×

Saving Aimee

Kathie Lee Gifford has been knocking on the pearly gates of Broadway with "Saving Aimee" since 2007, when the show debuted at Virginia's Signature Theater to mixed reviews.

With:
AimeeCarolee Carmello MinnieJudy Kaye James/Brother BobEd Dixon Asa KeyesCharles Legget McPherson/OrmistonBrandon O'Neill Emma JoRoz Ryan Robert Semple/David HuttonEd Watts

Kathie Lee Gifford has been knocking on the pearly gates of Broadway with “Saving Aimee” since 2007, when the show debuted at Virginia’s Signature Theater to mixed reviews. A musical depiction of the life of early 20th-century evangelist Aimee Semple McPherson, it’s now been resurrected by director David Armstrong at Seattle’s 5th Avenue Theater. But it appears that in the intervening years no miracles have been worked on either the script or the score, which Gifford co-wrote with David Pomeranz and David Friedman. Despite an inspired performance by Carolee Carmello at its center, the show will require additional laying-on of hands before it’s ready to ascend.

As a subject, “Sister Aimee” McPherson is plenty rich — a fascinating jazz-age prototype of today’s tabloid celebrities. She dabbled in faith healing, married multiple times, pioneered the use of radio and motion pictures to spread the gospel, promoted integration and likely staged her own kidnapping to cover up an affair. The eventfulness of her life presents a challenge to a writer, however: What best serves as the core of the story? Gifford’s strategy seems to be to start at the beginning, when Semple was a girl growing up in Ontario, and race forward, occasionally flashing ahead to the 1926 grand jury that investigated her alleged kidnapping. Characters and relationships cartwheel by; even the sole ongoing conflict — between McPherson and her controlling mother (Judy Kaye) — is seemingly resolved in a flash midway through the show.

The litany of events is especially monotonous in the first act, a situation not helped by either the setting or the score. Walt Spangler’s set, a kind of “Dancing With the Stars”-meets-“Metropolis” flight of stairs rising to a pulpit backed by an onstage band, is dramatic but too static for the first half of the show. And the songs, gospel-style tunes that keep bumping up a key to heighten the drama, are all calibrated at the same over-the-top emotional level. The one song that provides a respite, a bluesy “Girl’s Gotta Do What a Girl’s Gotta Do” delivered by Roz Ryan, belongs to a brothel scene that unfortunately seems extraneous to the plot.

The second act improves, as McPherson’s adventures in Hollywood lend some razzle-dazzle to the proceedings. Set pieces move on and off to represent a nightclub, an office, and a proscenium at McPherson’s Foursquare Church, where lively production numbers are staged. The evangelist’s budding relationship with radio engineer Kenneth Ormiston (Brandon O’Neill) starts out especially promising, leading to a lovely, Tin Pan Alley-sounding ballad. But Ormiston, too, quickly outlives his usefulness to the story and disappears.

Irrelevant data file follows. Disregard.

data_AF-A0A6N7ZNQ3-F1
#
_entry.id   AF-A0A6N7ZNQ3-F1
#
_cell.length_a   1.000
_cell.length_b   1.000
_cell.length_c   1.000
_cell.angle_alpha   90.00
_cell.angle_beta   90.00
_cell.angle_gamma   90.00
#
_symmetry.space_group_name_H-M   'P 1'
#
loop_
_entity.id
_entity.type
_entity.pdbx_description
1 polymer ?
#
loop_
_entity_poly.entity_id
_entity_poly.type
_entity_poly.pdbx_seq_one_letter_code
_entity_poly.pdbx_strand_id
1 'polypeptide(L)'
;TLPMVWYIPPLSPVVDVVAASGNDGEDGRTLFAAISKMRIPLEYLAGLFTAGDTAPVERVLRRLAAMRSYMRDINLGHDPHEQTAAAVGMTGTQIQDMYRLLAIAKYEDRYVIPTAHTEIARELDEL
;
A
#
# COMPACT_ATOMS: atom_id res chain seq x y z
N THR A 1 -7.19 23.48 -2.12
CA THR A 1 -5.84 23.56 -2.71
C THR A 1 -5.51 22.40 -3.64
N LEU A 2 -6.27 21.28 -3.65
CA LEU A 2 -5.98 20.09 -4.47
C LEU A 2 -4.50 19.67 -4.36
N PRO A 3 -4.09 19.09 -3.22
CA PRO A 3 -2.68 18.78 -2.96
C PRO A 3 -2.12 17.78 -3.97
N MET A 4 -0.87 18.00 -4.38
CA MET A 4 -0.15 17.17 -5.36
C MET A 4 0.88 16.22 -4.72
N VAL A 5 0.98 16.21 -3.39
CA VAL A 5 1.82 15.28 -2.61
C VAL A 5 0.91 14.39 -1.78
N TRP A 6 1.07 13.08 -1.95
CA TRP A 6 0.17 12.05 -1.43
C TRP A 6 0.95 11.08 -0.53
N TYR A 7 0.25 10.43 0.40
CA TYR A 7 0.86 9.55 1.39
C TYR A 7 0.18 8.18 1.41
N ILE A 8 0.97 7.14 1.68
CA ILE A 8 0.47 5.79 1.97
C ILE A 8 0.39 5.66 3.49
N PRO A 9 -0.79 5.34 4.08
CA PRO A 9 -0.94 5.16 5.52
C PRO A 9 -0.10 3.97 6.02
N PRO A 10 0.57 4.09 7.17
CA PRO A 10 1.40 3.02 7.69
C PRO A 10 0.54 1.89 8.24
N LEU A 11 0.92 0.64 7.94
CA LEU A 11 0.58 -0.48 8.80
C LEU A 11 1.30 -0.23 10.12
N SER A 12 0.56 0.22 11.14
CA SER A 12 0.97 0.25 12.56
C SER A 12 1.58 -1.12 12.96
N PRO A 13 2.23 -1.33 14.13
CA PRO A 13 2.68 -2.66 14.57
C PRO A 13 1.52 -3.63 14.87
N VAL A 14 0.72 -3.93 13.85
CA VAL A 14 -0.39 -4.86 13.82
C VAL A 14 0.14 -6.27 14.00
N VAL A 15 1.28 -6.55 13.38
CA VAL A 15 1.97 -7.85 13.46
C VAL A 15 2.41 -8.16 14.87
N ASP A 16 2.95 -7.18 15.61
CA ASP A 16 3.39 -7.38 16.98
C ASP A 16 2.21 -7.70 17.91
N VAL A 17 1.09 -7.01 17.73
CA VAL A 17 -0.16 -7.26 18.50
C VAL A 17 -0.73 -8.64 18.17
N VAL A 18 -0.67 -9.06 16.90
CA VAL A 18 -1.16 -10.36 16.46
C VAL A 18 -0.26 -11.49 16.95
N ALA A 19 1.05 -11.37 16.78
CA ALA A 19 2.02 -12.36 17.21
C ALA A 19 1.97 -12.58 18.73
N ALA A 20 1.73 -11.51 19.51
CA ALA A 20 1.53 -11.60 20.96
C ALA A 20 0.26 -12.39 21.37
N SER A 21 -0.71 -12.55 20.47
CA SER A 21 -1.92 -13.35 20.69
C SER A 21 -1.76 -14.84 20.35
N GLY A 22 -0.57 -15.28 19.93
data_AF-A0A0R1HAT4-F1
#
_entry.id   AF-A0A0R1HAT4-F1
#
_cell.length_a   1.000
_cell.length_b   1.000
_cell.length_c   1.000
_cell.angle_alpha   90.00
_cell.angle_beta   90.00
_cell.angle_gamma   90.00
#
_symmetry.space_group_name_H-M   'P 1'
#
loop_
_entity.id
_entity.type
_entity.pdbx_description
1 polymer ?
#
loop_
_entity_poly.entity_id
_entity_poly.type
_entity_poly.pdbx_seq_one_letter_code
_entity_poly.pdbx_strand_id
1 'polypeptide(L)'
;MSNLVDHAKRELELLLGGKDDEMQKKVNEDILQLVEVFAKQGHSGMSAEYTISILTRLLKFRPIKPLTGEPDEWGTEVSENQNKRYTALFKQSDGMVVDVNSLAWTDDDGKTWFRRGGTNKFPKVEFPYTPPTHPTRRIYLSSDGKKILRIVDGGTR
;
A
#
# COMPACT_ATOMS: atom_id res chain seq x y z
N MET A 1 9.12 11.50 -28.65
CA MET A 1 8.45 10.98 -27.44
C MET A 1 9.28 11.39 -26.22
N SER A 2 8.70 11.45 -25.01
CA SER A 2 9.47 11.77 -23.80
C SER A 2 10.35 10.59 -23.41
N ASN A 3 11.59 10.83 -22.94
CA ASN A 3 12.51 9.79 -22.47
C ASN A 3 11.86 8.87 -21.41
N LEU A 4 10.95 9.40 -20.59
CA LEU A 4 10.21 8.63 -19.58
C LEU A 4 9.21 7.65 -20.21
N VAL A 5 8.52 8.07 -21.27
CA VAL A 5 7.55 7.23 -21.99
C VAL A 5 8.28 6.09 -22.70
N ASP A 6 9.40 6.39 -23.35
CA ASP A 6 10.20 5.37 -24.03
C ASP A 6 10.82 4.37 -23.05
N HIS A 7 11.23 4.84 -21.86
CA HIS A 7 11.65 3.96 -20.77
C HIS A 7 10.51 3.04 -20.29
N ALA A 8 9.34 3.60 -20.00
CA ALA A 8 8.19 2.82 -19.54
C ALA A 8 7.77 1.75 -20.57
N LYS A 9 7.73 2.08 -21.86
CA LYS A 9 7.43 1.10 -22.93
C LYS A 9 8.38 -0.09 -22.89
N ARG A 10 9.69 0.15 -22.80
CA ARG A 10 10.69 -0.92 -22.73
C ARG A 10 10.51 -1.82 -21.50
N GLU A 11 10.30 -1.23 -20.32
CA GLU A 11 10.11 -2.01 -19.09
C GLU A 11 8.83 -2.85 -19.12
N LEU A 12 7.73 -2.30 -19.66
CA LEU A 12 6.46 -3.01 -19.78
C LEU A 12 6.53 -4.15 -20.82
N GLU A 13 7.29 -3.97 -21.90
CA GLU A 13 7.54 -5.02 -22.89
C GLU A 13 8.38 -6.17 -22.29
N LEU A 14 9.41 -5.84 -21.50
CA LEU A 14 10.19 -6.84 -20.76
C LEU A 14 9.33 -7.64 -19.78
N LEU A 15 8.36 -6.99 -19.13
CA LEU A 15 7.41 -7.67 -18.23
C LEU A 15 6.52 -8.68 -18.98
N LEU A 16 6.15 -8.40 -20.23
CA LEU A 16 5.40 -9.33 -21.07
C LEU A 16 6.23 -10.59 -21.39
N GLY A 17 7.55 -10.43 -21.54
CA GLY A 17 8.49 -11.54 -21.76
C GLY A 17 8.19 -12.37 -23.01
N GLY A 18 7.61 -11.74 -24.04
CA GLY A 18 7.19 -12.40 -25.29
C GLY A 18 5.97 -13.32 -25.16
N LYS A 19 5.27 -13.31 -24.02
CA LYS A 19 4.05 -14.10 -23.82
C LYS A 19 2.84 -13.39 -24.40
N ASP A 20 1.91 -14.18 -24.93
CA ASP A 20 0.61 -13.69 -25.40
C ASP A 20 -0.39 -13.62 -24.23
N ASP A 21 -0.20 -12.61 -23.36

The cast members, including O’Neill, Charles Leggett, Ed Watts and others, do a fine job playing multiple roles, including Charlie Chaplin and William Randolph Hearst making appearances along the way). But “Saving Aimee’s” strongest asset by far is Carmello (“The Addams Family,” “Mamma Mia!”), who animates “the P.T. Barnum of the pulpit” with energy and conviction. Appearing in almost every scene in the nearly three-hour show, her clarion voice never flags and as Aimee’s life parades by, she morphs convincingly from headstrong girl to determined star. Whatever skeptics may say of “Saving Aimee” overall, there is no room for doubt when it comes to Carmello’s performance. The ovation she drew at the end of the night made it clear she turned everyone in the theater into true believers.

Musical numbers: “Prelude,” “Stand Up!,” “For Such a Time as This 1,” “Why Can’t I?,” “He Will Be My Home,” “He Will Be My Home (Reprise),” “Oh, the Power,” “That Sweet Lassie from Cork,” “Come Whatever May,” “You’ll Be Safe Here with Me,” “Follow Me,” “A Girl’s Gotta Do What a Girl’s Gotta Do,” “Follow Me (Reprise),” “For Such a Time as This 2,” “Hollywood Aimee 1,” “Adam and Eve,” “Foursquare Hymn/Hollywood Aimee 2,” “Samson and Delilah,” “Hollywood Aimee 3,” “Moses and Pharaoh,” “Hollywood Aimee 4,” “It’s Just You,” “This Time I’ll Blame It on Love,” “Hollywood Aimee 5,” “Lost or Found? / The Trial,” “He Will Be My Home (Reprise),” “Oh, the Power (Reprise),” “I Have a Fire”